The UK's Funniest News of the Day
WHY YOU SHOULD CARE
Because England’s got that whole humor thing locked up.
By Tracy Moran
“Despite a mix-up at the printers, the press launch of the government’s new ‘Say No to Drugs’ campaign goes ahead,” the host says, before panning to a video of children in “Say Yes” T-shirts.
Brits pride themselves on their wit, using it like a razor-sharp sword to cut celebrities and politicians down to size, or to simply poke fun at normalcy for a bit of a laugh. Add a handsome budget, top comedians and star-studded roster of guests, and you get the hit satirical BBC quiz show Have I Got News for You. Think The Onion with less fiction, or a less clumsy blooper show with smart commentary, and you’ll get a glimpse of the brilliance behind this 25-year-old 30-minute show that pokes fun at everyone and everything. The program features regular comedians Ian Hislop and Paul Merton captaining two-person panels that comprise politicians, celebrities, journalists and comedians in a bid to hilariously tackle questions about the news of the week and gain points to win.
The news tends to be British-centric, but universal headlines get covered too, and sarcasm and satire make the laughs infectious.
First helmed by Angus Deayton, the show has been hosted since 2002 by courageous guest presenters, including everyone from politicians like London Mayor Boris Johnson to boy wizard Harry Potter, aka Daniel Radcliffe. Brave is no understatement, as the captains pounce on any slip-ups, whether by panelists, themselves or the hosts. Deayton himself learned this more than a decade ago, when news broke of him having sex with a prostitute. Hislop and Merton made mincemeat of him on air before he was sacked, making way for countless new victims to sit in the hot seat. That was a colleague — so just imagine how they treat the politicians, many of whom have made appearances, including the likes of U.K. Independence Party candidate Nigel Farage. This past year, he and former Labour Party leader Ed Miliband were favorite punching bags.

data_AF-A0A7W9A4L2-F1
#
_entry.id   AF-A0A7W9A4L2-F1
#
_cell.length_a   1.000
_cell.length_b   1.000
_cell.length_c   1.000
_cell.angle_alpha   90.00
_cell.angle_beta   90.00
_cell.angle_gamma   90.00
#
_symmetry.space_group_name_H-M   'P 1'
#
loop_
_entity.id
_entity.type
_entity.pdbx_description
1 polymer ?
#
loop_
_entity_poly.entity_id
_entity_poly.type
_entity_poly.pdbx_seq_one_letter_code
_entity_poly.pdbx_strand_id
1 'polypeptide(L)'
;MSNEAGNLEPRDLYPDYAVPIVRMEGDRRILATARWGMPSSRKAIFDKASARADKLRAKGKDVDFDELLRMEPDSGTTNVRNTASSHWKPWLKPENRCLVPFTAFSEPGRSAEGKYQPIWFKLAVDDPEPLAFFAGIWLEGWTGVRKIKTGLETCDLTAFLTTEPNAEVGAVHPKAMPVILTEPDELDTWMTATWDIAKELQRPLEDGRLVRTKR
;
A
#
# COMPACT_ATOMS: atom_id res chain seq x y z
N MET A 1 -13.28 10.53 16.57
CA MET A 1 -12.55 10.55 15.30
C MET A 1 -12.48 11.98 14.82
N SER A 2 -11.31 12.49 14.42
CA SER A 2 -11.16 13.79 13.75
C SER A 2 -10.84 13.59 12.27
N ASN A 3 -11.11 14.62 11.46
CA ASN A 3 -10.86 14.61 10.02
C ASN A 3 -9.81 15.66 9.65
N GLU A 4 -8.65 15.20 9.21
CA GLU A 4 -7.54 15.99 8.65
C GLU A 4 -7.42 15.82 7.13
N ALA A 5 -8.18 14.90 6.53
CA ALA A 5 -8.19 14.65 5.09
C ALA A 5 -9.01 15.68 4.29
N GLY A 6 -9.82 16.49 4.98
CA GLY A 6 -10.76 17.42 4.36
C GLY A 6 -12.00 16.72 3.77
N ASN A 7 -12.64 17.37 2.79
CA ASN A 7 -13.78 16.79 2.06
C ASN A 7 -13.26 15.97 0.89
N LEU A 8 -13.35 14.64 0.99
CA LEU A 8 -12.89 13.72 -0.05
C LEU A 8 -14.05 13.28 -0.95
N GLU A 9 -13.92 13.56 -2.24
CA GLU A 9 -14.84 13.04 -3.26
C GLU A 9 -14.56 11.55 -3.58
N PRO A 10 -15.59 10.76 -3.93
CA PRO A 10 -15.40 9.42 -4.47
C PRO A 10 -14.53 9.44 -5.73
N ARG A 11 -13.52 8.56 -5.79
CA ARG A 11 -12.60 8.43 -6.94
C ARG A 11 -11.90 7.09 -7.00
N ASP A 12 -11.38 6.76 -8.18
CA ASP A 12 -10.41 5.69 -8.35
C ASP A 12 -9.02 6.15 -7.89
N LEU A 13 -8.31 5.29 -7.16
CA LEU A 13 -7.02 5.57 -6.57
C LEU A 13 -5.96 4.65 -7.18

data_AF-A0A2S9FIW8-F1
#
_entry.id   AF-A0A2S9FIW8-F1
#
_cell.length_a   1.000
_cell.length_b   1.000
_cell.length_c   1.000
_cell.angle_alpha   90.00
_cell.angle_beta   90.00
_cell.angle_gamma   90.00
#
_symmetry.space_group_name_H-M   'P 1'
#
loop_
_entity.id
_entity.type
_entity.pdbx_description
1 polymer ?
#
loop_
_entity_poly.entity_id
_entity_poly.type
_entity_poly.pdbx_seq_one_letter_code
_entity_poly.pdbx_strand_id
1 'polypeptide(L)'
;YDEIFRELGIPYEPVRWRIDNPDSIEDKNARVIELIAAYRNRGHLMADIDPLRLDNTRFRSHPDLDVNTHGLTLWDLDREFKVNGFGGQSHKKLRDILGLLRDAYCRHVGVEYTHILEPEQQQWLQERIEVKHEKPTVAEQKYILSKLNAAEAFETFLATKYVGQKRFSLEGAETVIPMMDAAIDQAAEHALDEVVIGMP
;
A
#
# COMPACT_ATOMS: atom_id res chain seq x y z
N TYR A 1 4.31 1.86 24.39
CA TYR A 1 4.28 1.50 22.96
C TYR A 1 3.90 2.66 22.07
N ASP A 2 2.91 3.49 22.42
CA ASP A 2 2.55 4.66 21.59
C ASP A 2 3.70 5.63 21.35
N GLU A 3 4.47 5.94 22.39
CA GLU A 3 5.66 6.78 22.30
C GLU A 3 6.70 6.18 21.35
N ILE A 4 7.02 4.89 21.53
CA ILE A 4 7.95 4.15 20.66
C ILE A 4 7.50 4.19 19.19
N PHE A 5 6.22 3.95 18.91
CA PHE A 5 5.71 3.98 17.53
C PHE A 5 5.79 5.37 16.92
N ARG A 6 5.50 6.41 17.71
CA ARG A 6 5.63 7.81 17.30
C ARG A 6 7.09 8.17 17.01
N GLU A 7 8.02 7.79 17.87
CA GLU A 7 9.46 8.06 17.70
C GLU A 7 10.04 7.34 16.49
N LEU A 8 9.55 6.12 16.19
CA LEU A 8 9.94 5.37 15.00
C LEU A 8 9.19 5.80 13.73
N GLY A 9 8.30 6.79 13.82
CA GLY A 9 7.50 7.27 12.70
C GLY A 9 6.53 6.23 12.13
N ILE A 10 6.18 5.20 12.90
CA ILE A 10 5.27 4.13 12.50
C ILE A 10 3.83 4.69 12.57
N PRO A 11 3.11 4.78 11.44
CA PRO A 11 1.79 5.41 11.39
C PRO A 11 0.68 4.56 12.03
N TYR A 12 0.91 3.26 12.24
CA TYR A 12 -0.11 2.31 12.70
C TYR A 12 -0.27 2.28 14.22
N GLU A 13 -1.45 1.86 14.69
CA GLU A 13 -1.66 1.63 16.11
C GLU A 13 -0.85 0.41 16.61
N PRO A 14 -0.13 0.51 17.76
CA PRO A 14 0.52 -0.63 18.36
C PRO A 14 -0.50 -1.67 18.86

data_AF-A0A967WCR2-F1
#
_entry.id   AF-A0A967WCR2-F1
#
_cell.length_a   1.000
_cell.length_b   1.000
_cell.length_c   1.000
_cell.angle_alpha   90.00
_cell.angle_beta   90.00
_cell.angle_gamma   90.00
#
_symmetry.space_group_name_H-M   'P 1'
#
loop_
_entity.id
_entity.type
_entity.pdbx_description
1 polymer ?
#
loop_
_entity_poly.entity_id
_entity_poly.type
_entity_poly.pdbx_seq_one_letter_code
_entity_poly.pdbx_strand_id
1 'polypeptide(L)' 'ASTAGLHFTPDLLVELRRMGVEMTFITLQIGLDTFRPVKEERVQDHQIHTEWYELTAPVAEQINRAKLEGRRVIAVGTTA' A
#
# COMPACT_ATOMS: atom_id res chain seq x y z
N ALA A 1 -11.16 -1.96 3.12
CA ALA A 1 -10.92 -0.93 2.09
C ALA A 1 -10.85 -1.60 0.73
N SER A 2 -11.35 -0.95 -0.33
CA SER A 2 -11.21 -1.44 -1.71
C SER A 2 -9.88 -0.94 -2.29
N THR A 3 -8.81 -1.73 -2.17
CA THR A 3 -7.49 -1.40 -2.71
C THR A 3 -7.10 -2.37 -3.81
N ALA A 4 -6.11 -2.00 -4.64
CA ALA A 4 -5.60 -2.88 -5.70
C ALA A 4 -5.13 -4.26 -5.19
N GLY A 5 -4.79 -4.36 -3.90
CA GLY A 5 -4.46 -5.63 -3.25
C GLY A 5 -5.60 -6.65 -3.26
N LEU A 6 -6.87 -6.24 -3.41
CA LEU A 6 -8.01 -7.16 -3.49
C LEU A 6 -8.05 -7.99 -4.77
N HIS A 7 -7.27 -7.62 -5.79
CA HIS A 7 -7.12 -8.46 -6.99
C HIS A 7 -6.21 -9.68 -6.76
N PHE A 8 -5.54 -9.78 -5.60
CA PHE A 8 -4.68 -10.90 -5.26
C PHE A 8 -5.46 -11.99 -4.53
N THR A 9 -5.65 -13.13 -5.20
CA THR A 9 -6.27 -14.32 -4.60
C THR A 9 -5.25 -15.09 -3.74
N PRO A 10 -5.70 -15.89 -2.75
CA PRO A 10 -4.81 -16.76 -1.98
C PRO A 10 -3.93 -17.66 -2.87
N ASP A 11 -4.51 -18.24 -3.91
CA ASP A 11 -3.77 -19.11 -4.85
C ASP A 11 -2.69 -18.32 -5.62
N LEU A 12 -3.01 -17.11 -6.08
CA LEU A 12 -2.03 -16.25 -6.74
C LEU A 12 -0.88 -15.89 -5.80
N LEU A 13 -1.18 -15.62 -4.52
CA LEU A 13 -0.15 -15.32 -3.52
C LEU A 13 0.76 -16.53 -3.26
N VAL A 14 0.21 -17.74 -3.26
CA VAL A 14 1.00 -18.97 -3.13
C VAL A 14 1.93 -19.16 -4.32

The show starts with the host’s off-the-wall monologue set to funny video clips before the quiz begins. Teams then compete in rounds featuring silent videos or picture scrambles in which they have to pinpoint the news and discuss it. The “odd one out” round features photos of four public figures who are related in some obscure way, with contestants needing to figure out which one doesn’t fit. And the toughest one, the “missing words” round, features headlines from obscure publications — like Goat World — or from news events, where players have to guess at the missing blanks in the headlines.
The news tends to be British-centric, but plenty of universal headlines get covered too, and the use of sarcasm and satire make the laughs infectious, even — and sometimes especially — when some of it flies overhead. This year’s first episode hits British screens on October 2 and will be helmed by none other than recently sacked Top Gear host Jeremy Clarkson.
Go on, we dare you to not laugh out loud at some of the show’s best bits: